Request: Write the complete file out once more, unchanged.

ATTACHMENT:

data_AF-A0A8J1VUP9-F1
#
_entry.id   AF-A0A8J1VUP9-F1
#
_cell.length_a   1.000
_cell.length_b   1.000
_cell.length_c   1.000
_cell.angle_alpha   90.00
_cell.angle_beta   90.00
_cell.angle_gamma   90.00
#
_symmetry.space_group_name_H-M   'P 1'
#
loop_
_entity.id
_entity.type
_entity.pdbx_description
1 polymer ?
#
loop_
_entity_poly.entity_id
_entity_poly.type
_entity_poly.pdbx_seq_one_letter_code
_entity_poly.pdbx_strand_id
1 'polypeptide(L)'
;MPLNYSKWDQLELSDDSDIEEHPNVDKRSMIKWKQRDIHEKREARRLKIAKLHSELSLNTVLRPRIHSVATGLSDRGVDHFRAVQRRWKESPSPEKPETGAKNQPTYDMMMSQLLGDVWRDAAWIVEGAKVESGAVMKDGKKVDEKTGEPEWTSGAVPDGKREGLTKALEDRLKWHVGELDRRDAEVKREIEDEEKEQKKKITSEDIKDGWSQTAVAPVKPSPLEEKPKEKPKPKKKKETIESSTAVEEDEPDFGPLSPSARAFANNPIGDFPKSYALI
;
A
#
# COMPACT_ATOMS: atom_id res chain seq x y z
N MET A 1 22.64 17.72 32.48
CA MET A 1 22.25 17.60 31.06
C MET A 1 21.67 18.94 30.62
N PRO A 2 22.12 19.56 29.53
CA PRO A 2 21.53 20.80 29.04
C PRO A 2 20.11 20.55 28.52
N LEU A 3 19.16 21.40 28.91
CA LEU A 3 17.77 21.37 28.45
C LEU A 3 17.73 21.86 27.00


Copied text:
data_AF-A0A8J1VUP9-F1
#
_entry.id   AF-A0A8J1VUP9-F1
#
_cell.length_a   1.000
_cell.length_b   1.000
_cell.length_c   1.000
_cell.angle_alpha   90.00
_cell.angle_beta   90.00
_cell.angle_gamma   90.00
#
_symmetry.space_group_name_H-M   'P 1'
#
loop_
_entity.id
_entity.type
_entity.pdbx_description
1 polymer ?
#
loop_
_entity_poly.entity_id
_entity_poly.type
_entity_poly.pdbx_seq_one_letter_code
_entity_poly.pdbx_strand_id
1 'polypeptide(L)'
;MPLNYSKWDQLELSDDSDIEEHPNVDKRSMIKWKQRDIHEKREARRLKIAKLHSELSLNTVLRPRIHSVATGLSDRGVDHFRAVQRRWKESPSPEKPETGAKNQPTYDMMMSQLLGDVWRDAAWIVEGAKVESGAVMKDGKKVDEKTGEPEWTSGAVPDGKREGLTKALEDRLKWHVGELDRRDAEVKREIEDEEKEQKKKITSEDIKDGWSQTAVAPVKPSPLEEKPKEKPKPKKKKETIESSTAVEEDEPDFGPLSPSARAFANNPIGDFPKSYALI
;
A
#
# COMPACT_ATOMS: atom_id res chain seq x y z
N MET A 1 22.64 17.72 32.48
CA MET A 1 22.25 17.60 31.06
C MET A 1 21.67 18.94 30.62
N PRO A 2 22.12 19.56 29.53
CA PRO A 2 21.53 20.80 29.04
C PRO A 2 20.11 20.55 28.52
N LEU A 3 19.16 21.40 28.91
CA LEU A 3 17.77 21.37 28.45
C LEU A 3 17.73 21.86 27.00